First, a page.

The Senate Judiciary Committee's Democratic and Republican leaders met Wednesday and rejected a White House suggestion that the panel begin hearings on Supreme Court nominee Douglas H. Ginsburg before the American Bar Assn. completes its investigation of his background.
At the same time--underscoring the uneasiness many conservatives appear to have about the nomination--two leading abortion foes in Congress have begun quietly circulating a statement reassuring conservative interest group leaders that Ginsburg's wife, Dr. Hallee P. Morgan, "personally objects to abortions."
Morgan, an obstetrician who is not now practicing, performed three abortions during her medical training and then stopped doing so, according to Administration officials.
White House spokesman Marlin Fitzwater had called on the committee Monday to begin its hearings on Ginsburg before the ABA Standing Committee on the Federal Judiciary issues its recommendation on the nomination. He called again Tuesday for quick hearings, suggesting that opponents of the nomination are attempting to delay proceedings and are hampering the high court, which has been short one justice since Lewis F. Powell Jr. retired on June 26.
However, Senate Judiciary Committee Chairman Joseph R. Biden Jr. (D-Del.) and the panel's senior Republican, Sen. Strom Thurmond (R-S.C.), met Wednesday and rejected Fitzwater's suggestion.
Thurmond said he "feels the hearings should be as soon as possible" but "not until after the ABA" reports its findings, his press secretary said after the meeting. When the Judiciary Committee meets today, Republican senators are expected to press for a quick start to the hearings and for an agreement to terminate the sessions before Congress adjourns this year.
The reports of the ABA's judicial screening panel have been major factors in judicial confirmation hearings since the 1940s. The report will be of particular importance in this case because of Ginsburg's relative lack of experience. Last year, when Ginsburg was nominated to a seat on the federal appeals court here, the ABA gave him the lowest of three possible positive ratings after panel members objected to his lack of experience.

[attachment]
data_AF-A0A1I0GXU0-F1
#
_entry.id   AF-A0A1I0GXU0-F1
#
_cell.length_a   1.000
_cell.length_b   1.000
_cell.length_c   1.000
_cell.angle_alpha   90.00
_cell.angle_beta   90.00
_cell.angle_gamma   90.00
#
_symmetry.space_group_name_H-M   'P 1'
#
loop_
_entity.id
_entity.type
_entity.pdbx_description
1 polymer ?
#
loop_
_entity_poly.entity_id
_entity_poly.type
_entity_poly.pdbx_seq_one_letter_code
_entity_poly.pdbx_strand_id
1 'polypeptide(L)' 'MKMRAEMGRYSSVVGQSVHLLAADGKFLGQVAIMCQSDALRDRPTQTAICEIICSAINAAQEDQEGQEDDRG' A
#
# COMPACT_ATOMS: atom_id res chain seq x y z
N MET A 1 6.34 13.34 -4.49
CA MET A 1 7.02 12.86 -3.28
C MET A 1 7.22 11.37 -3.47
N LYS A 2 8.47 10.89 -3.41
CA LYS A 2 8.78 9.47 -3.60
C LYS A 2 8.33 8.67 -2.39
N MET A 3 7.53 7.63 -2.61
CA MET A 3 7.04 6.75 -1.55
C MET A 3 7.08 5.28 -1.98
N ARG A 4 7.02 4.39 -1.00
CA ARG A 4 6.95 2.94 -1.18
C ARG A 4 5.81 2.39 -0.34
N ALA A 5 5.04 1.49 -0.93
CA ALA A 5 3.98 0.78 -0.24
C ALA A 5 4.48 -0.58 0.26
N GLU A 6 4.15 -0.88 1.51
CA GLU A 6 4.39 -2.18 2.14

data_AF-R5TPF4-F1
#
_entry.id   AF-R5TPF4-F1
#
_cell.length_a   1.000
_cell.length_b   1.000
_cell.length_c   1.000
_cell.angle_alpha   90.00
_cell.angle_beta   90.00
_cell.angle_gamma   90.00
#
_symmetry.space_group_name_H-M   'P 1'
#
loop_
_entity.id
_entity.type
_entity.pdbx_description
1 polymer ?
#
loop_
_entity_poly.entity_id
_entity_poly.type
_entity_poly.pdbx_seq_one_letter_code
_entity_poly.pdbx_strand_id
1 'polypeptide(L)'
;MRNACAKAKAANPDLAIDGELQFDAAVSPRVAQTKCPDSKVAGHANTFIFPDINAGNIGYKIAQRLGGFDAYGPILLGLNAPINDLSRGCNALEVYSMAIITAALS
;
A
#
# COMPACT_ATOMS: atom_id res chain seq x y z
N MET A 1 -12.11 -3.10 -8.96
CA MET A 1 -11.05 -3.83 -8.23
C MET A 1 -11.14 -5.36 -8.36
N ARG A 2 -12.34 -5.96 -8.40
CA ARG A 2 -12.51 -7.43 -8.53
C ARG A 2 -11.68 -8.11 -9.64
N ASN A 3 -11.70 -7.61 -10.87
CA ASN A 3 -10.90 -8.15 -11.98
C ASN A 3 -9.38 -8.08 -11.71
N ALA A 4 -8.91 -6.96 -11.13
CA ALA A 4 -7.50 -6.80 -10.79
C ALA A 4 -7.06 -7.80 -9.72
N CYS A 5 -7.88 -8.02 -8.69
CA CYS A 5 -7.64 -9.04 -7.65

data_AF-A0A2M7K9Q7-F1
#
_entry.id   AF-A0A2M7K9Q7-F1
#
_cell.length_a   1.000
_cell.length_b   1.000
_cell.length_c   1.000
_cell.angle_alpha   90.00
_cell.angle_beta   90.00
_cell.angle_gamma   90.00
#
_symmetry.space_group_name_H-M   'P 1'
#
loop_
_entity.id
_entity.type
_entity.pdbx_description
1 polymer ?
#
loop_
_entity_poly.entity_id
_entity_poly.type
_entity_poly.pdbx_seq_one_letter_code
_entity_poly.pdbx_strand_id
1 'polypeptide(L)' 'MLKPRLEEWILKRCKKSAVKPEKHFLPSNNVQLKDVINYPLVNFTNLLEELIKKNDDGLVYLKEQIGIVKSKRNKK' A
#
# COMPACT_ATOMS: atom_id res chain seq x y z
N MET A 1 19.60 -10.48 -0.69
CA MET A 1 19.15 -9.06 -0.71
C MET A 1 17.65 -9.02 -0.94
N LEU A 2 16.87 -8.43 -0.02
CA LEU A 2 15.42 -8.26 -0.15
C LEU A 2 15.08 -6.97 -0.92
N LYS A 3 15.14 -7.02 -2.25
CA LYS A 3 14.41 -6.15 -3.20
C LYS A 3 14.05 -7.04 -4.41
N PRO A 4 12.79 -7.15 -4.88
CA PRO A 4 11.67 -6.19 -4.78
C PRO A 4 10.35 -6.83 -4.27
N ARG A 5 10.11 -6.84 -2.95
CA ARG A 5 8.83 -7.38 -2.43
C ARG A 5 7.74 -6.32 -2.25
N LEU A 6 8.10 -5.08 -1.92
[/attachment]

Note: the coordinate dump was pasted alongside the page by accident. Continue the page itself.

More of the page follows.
In addition, the screening committee's chairman, New York attorney Harold R. Tyler, said Monday that the panel also intends to investigate allegations that Ginsburg violated federal rules on conflict of interest. The ABA's assessment of those charges is expected to carry considerable weight with members of the judiciary panel.
Lack of Enthusiasm
Issues like experience and alleged conflict-of-interest violations have the potential to threaten Ginsburg's nomination because of what conservative leaders in Washington concede is a general lack of enthusiasm for the nominee among their constituents. "He isn't Judge Bork. Judge Bork everyone knew. . . . It takes a little time," said an aide to one leading conservative senator.
Several Republican senators in recent days have appeared to distance themselves from President Reagan's nominee. Sen. Pete Wilson of California, for example, said Wednesday that before Ginsburg was nominated, "I made known to the White House that I thought they had three outstanding jurists to pick from" and Ginsburg was not on that list.
"He would not have been my choice," said Wilson, who made his comments in an interview with reporters and editors in The Times' Washington bureau.
Besides having little evidence that Ginsburg, in fact, shares their beliefs on the social policy issues they care about, many conservatives were troubled earlier in the week by reports that the nominee's wife had performed abortions when she was a medical resident.
Bid to Quell Concerns
Sen. Orrin G. Hatch (R-Utah), a leading supporter of Ginsburg on the Judiciary Committee, and Rep. Henry J. Hyde (R-Ill.), the best-known abortion foe in Congress, met Tuesday with leaders of conservative groups and circulated a statement designed to quell those concerns. Hatch, the statement said, had "personally talked with Dr. Hallee Morgan." The statement went on to say she performed the abortions "before she married Douglas Ginsburg" and "today, she personally objects to abortion."
Ginsburg, the statement added, "is a champion of the principle of judicial restraint." Conservative spokesmen have long said that the high court's decision legalizing abortions is a violation of that principle.
Also Wednesday, conservative Sen. Charles E. Grassley (R-Iowa), a Judiciary Committee member, released the text of a letter he plans to send to the ABA suggesting that the group may be dragging its feet in its review of Ginsburg's record.
"We have been informed that the standing committee could, if required, complete its inquiry in as little as two weeks," the letter said.
In response, ABA President-elect Robert Raven of San Francisco, a former chairman of the judicial screening panel, issued a statement saying that "the appointment of a person to a lifetime position on the nation's highest court is a matter deserving careful and thorough examination."
The ABA "will conduct the investigation of Judge Ginsburg as expeditiously as possible," he said, but "a rushed examination would be a disservice to the Senate and the nation."